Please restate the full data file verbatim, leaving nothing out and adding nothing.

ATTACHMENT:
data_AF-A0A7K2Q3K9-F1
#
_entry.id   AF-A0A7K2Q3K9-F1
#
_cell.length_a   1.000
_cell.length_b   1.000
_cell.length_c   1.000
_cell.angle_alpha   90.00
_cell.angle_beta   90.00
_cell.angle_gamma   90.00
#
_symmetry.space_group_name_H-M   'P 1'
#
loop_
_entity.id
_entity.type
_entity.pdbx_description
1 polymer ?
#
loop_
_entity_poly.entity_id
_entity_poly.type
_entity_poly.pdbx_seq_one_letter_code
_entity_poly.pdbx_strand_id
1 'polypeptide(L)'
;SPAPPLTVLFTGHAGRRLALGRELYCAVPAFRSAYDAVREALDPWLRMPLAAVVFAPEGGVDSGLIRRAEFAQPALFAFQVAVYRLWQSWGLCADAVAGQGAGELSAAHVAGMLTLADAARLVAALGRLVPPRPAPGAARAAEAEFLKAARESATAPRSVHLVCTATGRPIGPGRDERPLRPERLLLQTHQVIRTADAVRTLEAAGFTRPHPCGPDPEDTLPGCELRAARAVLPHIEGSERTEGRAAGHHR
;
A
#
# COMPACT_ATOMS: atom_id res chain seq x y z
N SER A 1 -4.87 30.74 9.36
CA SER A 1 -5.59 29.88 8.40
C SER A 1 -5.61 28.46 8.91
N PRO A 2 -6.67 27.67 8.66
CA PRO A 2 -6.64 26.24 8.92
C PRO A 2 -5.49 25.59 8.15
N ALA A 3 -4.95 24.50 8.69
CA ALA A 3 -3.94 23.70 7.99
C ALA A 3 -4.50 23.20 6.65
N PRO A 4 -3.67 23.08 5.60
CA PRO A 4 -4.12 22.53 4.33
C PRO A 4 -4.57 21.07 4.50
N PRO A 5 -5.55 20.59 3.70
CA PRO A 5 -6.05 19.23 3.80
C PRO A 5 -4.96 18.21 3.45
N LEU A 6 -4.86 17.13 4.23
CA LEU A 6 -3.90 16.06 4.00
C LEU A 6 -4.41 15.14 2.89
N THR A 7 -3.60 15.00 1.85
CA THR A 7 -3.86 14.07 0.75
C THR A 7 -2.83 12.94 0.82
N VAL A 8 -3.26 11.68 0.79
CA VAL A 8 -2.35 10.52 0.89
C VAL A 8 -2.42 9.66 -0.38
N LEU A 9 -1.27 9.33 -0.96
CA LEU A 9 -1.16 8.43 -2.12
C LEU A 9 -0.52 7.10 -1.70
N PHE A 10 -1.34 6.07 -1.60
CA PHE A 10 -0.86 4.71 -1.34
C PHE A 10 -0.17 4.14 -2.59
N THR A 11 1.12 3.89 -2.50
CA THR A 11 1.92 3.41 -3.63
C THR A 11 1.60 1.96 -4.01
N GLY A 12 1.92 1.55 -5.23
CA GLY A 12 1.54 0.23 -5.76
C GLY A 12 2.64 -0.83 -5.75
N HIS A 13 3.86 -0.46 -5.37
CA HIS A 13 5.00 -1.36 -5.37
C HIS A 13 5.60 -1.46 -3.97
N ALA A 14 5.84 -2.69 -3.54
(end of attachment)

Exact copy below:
data_AF-A0A7K2Q3K9-F1
#
_entry.id   AF-A0A7K2Q3K9-F1
#
_cell.length_a   1.000
_cell.length_b   1.000
_cell.length_c   1.000
_cell.angle_alpha   90.00
_cell.angle_beta   90.00
_cell.angle_gamma   90.00
#
_symmetry.space_group_name_H-M   'P 1'
#
loop_
_entity.id
_entity.type
_entity.pdbx_description
1 polymer ?
#
loop_
_entity_poly.entity_id
_entity_poly.type
_entity_poly.pdbx_seq_one_letter_code
_entity_poly.pdbx_strand_id
1 'polypeptide(L)'
;SPAPPLTVLFTGHAGRRLALGRELYCAVPAFRSAYDAVREALDPWLRMPLAAVVFAPEGGVDSGLIRRAEFAQPALFAFQVAVYRLWQSWGLCADAVAGQGAGELSAAHVAGMLTLADAARLVAALGRLVPPRPAPGAARAAEAEFLKAARESATAPRSVHLVCTATGRPIGPGRDERPLRPERLLLQTHQVIRTADAVRTLEAAGFTRPHPCGPDPEDTLPGCELRAARAVLPHIEGSERTEGRAAGHHR
;
A
#
# COMPACT_ATOMS: atom_id res chain seq x y z
N SER A 1 -4.87 30.74 9.36
CA SER A 1 -5.59 29.88 8.40
C SER A 1 -5.61 28.46 8.91
N PRO A 2 -6.67 27.67 8.66
CA PRO A 2 -6.64 26.24 8.92
C PRO A 2 -5.49 25.59 8.15
N ALA A 3 -4.95 24.50 8.69
CA ALA A 3 -3.94 23.70 7.99
C ALA A 3 -4.50 23.20 6.65
N PRO A 4 -3.67 23.08 5.60
CA PRO A 4 -4.12 22.53 4.33
C PRO A 4 -4.57 21.07 4.50
N PRO A 5 -5.55 20.59 3.70
CA PRO A 5 -6.05 19.23 3.80
C PRO A 5 -4.96 18.21 3.45
N LEU A 6 -4.86 17.13 4.23
CA LEU A 6 -3.90 16.06 4.00
C LEU A 6 -4.41 15.14 2.89
N THR A 7 -3.60 15.00 1.85
CA THR A 7 -3.86 14.07 0.75
C THR A 7 -2.83 12.94 0.82
N VAL A 8 -3.26 11.68 0.79
CA VAL A 8 -2.35 10.52 0.89
C VAL A 8 -2.42 9.66 -0.38
N LEU A 9 -1.27 9.33 -0.96
CA LEU A 9 -1.16 8.43 -2.12
C LEU A 9 -0.52 7.10 -1.70
N PHE A 10 -1.34 6.07 -1.60
CA PHE A 10 -0.86 4.71 -1.34
C PHE A 10 -0.17 4.14 -2.59
N THR A 11 1.12 3.89 -2.50
CA THR A 11 1.92 3.41 -3.63
C THR A 11 1.60 1.96 -4.01
N GLY A 12 1.92 1.55 -5.23
CA GLY A 12 1.54 0.23 -5.76
C GLY A 12 2.64 -0.83 -5.75
N HIS A 13 3.86 -0.46 -5.37
CA HIS A 13 5.00 -1.36 -5.37
C HIS A 13 5.60 -1.46 -3.97
N ALA A 14 5.84 -2.69 -3.54